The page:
Selco is the pen-name of a survivor of the war in the Yugoslavia that started in the 1990s and hasn't really ended. Some of you may not be old enough to remember that mess, so let's just say that it was a civil war that shredded a moderately industrialized nation which led to it breaking up into something close to what existed before WW1 and the redrawing of the maps that followed it. This occurred shortly after the 1984 Winter Olympics were held in Sarajevo, so we're not talking about a third-world country.

Selco writes for several prepper/survivalist blogs and has his own preparedness training company now. He lived through a civil war in an urban setting, so he's a good source of information for those of us in similar areas.

Ferfal
Fernado Aguirre writes under the name Ferfal. He survived the “unrest” in Argentina that started in 2001, so his information is less than 20 years old. Economic collapse, runaway inflation, and a government in turmoil took a toll on one of South America's biggest economies. They're starting to pull out of the worst of the troubles, but it has taken them many years. Again, Argentina is an industrialized nation, not some third-world collection of starving peasants. Bad things can happen to good people.

Ferfal has his own blog and is a good source of information dealing with the aftermath of a financial collapse and how government can make it worse than it has to be.

Jose Martinez
Jose is a fairly new writer. He's being hosted at Organic Prepper for now, but I imagine he'll have a site of his own soon.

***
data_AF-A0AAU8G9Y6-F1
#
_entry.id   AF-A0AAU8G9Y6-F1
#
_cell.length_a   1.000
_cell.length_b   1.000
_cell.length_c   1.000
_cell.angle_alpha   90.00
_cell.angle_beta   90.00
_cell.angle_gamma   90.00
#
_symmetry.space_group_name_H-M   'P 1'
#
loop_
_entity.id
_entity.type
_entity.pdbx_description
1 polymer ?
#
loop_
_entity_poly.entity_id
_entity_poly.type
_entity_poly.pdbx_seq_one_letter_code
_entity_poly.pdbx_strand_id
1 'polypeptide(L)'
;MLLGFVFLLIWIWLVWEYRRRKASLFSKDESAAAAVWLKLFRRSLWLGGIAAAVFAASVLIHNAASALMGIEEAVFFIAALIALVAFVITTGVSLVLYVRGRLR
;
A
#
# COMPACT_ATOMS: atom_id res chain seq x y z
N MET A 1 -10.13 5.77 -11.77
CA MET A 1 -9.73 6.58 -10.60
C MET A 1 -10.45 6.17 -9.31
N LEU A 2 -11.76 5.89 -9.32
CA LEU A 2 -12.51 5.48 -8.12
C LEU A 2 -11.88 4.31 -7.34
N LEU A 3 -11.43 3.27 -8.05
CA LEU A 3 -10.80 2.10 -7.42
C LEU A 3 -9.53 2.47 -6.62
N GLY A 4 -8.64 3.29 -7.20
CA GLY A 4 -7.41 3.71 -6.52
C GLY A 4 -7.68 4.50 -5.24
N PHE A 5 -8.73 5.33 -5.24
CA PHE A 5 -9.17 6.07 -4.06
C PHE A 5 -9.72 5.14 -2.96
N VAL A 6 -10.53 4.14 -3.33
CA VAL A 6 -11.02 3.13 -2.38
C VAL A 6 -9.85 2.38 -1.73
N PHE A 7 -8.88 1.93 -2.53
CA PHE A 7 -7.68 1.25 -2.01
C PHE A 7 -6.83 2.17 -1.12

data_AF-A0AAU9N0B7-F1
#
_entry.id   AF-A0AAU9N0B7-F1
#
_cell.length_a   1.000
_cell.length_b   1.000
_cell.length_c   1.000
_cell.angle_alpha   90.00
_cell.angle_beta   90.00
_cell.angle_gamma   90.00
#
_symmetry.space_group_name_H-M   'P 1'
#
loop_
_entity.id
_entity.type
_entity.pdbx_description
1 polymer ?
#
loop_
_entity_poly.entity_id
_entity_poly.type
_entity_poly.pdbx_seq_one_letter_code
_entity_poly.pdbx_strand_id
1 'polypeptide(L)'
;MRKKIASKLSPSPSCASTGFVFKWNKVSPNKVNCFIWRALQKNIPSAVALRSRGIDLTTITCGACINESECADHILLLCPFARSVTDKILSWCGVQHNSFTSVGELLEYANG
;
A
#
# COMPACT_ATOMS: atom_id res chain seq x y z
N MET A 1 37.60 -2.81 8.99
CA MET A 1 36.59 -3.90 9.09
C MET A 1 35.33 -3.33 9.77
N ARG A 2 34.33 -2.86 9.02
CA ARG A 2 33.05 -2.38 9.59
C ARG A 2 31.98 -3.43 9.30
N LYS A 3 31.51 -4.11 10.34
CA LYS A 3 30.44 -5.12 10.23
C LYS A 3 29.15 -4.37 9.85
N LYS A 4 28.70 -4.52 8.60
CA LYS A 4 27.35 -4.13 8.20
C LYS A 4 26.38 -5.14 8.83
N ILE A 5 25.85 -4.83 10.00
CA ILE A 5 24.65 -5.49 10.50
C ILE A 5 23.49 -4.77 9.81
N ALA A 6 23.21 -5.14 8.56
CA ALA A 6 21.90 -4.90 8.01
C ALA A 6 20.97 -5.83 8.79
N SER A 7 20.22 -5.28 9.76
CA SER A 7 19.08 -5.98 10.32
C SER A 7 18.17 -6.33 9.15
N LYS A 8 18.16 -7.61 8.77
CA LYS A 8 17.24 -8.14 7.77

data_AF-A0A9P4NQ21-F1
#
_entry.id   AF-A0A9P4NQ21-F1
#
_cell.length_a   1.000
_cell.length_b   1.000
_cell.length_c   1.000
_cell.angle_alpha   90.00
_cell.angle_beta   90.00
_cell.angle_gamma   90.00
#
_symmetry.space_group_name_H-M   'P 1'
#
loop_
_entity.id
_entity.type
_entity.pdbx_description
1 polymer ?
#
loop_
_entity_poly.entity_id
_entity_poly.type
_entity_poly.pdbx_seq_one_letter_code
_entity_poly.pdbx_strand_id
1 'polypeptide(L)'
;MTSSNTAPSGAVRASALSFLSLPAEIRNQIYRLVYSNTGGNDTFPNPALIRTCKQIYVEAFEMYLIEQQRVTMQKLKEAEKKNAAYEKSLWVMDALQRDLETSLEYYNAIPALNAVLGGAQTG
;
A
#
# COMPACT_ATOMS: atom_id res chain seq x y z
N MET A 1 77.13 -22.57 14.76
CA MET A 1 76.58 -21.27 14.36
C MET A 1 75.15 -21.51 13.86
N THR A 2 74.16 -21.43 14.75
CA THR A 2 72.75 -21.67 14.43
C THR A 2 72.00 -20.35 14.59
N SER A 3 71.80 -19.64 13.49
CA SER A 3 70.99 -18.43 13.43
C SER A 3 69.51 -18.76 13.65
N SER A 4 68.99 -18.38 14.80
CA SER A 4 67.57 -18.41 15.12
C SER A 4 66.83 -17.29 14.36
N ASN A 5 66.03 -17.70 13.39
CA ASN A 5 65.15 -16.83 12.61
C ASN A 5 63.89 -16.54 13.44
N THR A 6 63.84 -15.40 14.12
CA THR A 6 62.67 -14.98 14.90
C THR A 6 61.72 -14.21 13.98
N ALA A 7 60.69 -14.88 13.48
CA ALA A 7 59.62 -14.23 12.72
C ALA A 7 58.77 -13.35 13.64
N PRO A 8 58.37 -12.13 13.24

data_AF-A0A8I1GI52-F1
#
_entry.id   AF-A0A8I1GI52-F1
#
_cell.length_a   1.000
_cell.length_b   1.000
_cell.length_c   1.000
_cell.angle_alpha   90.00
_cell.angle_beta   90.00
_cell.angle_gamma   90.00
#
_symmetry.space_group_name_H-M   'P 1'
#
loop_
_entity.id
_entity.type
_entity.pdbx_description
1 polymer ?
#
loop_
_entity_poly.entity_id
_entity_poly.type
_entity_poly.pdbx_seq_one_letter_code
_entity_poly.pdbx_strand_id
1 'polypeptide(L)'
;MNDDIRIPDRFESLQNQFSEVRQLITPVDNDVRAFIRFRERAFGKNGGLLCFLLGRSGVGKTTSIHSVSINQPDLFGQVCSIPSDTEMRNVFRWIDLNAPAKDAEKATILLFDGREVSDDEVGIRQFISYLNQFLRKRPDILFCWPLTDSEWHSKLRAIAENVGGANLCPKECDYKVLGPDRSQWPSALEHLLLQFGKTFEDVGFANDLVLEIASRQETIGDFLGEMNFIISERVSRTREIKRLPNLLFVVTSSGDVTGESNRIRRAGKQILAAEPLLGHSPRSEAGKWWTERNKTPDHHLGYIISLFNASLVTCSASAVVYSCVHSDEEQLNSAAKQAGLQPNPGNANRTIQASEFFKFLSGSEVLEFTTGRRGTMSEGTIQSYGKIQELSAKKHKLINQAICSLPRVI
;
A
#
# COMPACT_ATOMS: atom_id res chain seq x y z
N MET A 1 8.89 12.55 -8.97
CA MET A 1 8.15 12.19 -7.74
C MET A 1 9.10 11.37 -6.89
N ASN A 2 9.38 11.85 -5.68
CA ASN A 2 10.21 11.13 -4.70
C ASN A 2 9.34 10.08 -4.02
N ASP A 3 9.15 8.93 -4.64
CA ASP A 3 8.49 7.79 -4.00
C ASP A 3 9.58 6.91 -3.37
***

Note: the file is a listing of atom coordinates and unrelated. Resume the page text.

Since Venezuela is a situation that is still unfolding as I write this, Jose has good information on how a once-prosperous nation can fall apart in modern times. He is living through a nightmare and wants to make sure others have his perspective in case they ever have to face a similar nightmare. Look for parallels between the events and actions that led to his nightmare and what we're seeing in other places around the world.


I won't even try to list all of the “edge” preppers out there; the tinfoil hat industry is booming and the religious/political/ethnic divides have fueled more blogs and websites than I can keep track of. If someone has to rely on fear and hatred to get motivated, I don't believe they will last long once TSHTF. They'll only last until their “enemy” is defeated, at which time they'll have to find a new enemy in order to maintain their survival.

The other option is that their “leaders” will see to it that the “enemy” is never defeated, ensuring that they get to stay in their leadership roles. Oceania has always been at war with Eastasia, if you've ever read 1984.

Wednesday, January 9, 2019

Prudent Prepping: Etekcity Portable LED Camping Lantern

The dust has settled and the First 72 Hours have passed. Follow along as I build a long term plan via Prudent Prepping.  

Some time after I wrote the Pleasant Nature lantern review, I remembered a Christmas gift Erin gave me a few years back: the Etekcity Portable LED Camping Lantern.

This is a very cool lantern, and not just because it was a gift from our Editrix; it's cool because of what it is and does. The light output is variable not by pushing buttons multiple times, but by pulling up on the handles and exposing more of the LED bulbs!

https://amzn.to/2LYrgMQ